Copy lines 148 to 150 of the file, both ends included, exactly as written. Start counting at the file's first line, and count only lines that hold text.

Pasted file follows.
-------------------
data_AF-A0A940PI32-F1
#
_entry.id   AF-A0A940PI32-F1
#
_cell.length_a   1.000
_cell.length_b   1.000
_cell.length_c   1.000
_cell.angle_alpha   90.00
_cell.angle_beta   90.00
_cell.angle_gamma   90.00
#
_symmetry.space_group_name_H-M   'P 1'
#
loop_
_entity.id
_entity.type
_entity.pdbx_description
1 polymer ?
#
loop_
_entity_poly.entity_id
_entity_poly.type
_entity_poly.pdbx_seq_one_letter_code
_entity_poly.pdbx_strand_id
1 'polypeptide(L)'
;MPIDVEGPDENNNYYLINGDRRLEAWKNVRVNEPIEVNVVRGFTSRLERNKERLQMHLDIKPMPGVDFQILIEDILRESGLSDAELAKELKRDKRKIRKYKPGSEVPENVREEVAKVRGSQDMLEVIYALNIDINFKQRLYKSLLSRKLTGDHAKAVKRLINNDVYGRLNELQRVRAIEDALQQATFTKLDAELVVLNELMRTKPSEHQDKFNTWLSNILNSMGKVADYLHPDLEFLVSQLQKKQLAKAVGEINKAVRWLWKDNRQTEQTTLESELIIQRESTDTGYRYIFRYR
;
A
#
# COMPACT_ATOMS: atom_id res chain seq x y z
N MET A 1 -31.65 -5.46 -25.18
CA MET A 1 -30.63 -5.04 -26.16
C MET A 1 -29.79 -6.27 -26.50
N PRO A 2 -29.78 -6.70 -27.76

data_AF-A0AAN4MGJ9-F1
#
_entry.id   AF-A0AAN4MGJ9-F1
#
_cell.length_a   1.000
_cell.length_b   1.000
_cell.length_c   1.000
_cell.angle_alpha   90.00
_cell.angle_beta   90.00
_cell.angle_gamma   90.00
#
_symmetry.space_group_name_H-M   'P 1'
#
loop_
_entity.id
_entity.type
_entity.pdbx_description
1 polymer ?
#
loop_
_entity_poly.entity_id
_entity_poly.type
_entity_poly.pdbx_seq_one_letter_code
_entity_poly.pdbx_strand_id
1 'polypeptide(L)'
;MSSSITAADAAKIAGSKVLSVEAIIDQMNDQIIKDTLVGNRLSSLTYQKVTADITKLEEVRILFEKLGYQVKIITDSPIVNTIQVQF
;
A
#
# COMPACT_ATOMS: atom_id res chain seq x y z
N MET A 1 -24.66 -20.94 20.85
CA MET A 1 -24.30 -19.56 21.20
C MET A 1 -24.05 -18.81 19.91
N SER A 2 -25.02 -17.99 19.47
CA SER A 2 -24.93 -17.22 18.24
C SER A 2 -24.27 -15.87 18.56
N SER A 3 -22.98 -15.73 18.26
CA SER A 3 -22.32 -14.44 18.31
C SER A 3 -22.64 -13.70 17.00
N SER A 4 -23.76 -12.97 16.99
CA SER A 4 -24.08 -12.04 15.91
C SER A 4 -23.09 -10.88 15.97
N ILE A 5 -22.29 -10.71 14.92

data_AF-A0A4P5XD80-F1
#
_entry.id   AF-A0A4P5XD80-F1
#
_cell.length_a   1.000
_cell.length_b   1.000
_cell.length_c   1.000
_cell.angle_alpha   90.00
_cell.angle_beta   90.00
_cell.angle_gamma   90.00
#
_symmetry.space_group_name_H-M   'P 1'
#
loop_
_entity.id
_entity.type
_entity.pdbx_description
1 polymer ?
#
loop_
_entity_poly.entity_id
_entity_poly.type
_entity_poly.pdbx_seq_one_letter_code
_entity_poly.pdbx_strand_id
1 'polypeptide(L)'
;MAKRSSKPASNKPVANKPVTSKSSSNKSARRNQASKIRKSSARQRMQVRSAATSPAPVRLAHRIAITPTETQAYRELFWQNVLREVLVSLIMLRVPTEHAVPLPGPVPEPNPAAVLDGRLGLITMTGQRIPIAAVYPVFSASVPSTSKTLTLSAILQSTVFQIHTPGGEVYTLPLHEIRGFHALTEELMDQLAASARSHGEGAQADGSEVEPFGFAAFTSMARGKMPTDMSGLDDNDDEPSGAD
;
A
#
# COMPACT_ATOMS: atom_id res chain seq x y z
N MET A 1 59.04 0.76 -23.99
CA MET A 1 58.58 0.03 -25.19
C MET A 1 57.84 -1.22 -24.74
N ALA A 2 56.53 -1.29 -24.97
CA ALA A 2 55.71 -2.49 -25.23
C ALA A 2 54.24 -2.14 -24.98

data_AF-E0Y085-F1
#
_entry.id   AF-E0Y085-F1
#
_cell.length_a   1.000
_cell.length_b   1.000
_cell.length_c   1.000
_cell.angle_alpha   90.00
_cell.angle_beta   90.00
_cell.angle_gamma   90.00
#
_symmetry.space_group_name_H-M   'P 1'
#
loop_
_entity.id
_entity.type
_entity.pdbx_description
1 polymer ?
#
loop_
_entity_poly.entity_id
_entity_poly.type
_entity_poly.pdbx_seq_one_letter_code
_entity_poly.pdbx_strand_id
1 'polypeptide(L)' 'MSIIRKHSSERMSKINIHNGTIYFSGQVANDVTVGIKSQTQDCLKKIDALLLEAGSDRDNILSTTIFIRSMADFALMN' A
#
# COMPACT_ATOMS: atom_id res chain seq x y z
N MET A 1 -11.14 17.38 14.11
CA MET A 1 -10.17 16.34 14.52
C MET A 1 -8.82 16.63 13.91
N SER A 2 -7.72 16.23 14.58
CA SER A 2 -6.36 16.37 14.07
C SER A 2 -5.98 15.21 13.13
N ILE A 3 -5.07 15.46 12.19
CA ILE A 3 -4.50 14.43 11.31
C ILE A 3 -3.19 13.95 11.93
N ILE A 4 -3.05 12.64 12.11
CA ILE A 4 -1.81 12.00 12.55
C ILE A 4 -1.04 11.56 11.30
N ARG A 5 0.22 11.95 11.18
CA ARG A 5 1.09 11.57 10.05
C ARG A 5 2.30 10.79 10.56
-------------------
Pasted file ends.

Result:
CA ILE A 3 -4.50 14.43 11.31
C ILE A 3 -3.19 13.95 11.93
N ILE A 4 -3.05 12.64 12.11